The Big Book of Kombucha (Book Review)


If you've been following this blog for any amount of time, you know how much I love fermenting. It's been something I've been really passionate about for a very long time. I love fermenting everything from the basic carrot stick or cucumber pickles... to tomato salsaapple chutney... even eggplant. And, of course... kombucha!

That's why I was so excited when I saw that this book was going to be published!

The Big Book of Kombucha






I've never met a book more aptly named. The title says it all, really. This is THE one and only Big Book all about kombucha.

Written by Hannah Crum and Alex LaGory of Kombucha Kamp, (grab your Free DIY recipe and guide!) This book is a magnum opus. So much thought, dedication, years of experience and research have gone into this book they've created. And it's absolutely beautiful, too! 

Anyone who has ever tasted kombucha, made their own or tasted someone else's home brew has questions about what they've just experienced. Kombucha is far from new, but it's definitely a bit of an exciting trend right now. This book covers everything you could ever possibly need or want to know about this healthful elixir.

This book covers the basics, as well as going in-depth into the history, art and science of kombucha. Plus, it has over 200 recipes. But it doesn't overwhelm! It's a pretty spectacular accomplishment. I'm still digesting all the information and will be for quite a while. 

It's already been a helpful reference in my Fermentation Friends Facebook group where people have questions all the time about kombucha. If you like kombucha, make your own, or simply want to round out your fermentation library, you've gotta get this book!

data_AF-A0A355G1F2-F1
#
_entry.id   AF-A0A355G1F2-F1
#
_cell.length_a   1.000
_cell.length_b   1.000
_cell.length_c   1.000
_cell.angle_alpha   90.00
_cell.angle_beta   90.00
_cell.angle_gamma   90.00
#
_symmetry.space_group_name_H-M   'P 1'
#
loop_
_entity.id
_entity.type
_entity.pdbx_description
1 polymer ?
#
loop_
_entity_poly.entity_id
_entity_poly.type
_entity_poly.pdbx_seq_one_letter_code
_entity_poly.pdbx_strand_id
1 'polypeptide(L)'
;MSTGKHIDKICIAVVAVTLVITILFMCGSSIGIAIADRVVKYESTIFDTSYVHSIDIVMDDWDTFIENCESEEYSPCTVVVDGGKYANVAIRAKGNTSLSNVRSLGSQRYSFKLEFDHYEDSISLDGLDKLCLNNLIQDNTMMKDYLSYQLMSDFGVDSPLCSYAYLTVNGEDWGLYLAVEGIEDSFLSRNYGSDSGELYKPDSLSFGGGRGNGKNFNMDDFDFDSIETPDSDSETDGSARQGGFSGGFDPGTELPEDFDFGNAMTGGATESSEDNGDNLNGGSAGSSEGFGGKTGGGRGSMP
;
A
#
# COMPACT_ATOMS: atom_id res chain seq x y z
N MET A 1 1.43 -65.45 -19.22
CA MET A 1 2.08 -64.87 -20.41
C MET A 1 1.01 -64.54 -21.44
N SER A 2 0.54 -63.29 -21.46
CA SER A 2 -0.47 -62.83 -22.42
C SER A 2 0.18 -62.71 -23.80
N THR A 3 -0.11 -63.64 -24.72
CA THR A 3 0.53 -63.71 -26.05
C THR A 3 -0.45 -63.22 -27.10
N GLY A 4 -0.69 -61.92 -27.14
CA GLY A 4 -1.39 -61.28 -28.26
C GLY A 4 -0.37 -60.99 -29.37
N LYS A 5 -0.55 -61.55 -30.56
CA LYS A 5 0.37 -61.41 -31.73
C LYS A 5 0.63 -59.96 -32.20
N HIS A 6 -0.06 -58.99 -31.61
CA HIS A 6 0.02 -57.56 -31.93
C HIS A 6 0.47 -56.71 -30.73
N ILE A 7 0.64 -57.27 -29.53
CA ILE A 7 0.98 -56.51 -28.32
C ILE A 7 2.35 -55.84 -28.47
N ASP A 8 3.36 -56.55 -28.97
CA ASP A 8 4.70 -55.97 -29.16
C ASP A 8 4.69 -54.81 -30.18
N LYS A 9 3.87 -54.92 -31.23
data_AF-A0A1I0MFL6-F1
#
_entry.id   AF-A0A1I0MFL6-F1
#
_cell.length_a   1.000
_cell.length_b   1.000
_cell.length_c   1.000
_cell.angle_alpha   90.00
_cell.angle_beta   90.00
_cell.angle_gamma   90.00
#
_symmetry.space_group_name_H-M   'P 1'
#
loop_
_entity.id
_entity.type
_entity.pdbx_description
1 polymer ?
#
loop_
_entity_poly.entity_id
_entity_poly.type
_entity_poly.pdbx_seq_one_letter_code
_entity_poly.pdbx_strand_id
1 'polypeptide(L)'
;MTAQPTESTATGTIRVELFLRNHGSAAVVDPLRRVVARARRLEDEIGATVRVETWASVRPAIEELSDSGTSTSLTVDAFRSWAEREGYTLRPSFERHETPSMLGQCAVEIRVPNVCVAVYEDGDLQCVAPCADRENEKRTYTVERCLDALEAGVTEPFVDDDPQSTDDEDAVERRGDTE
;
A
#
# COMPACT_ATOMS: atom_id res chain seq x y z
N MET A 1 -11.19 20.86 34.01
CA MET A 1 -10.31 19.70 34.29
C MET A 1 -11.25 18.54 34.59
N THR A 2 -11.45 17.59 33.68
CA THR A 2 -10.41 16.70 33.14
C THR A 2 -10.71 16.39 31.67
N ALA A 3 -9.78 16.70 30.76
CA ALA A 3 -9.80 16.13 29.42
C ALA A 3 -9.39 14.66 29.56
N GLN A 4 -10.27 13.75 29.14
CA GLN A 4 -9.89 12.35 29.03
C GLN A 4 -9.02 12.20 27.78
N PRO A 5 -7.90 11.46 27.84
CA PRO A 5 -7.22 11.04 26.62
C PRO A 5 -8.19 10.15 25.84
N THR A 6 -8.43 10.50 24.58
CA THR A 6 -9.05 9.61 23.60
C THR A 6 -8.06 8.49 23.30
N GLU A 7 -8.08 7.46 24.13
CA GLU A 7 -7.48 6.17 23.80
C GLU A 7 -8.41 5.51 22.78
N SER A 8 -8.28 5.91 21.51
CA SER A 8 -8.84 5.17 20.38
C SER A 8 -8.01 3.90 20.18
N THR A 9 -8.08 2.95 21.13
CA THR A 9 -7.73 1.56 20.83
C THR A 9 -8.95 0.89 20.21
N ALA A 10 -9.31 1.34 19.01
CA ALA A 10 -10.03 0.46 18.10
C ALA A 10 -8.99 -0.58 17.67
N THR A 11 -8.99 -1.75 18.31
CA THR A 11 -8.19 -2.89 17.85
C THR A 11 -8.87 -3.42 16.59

A Few More of My Favorite 
Books on Fermentation:







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What does Alice Waters have in her pantry...?

Hello friends. Two weeks in a row. I'm on a roll after almost a year off from blogging. Today I wanted to write a quick note to let you know about this fun new book I've been enjoying perusing. It's Alice Waters newest work, My Pantry that she co-wrote with her daughter, Fanny Singer. 

Are you familiar with Alice Waters? I must admit that most of my experience with Alice Waters has been through quotes and Facebook memes. I knew she had a lot of wonderful things to say about eating real food, shopping locally and preparing delicious food at home. Other than that, I didn't know much about her.

But now I know what Alice Waters has in her pantry! 

I was excited to see this book come out in the same way that I would love to know what Nina Planck, Michael Pollan or any other real-food guru has in their pantry. Not in a creepy stalker-ish way... but just in an every-one-eats-three-times-a-day-and-snacks kind of way.... So how does everyone who strives for this real food idea 24/7 actually eat?

This book covers a wide range of topics--including fun spice and salt mixtures, nut and bean preparation, different way to preserve a harvest, and even simple cheese making. It's a super fun addition to any kitchen cookbook collection.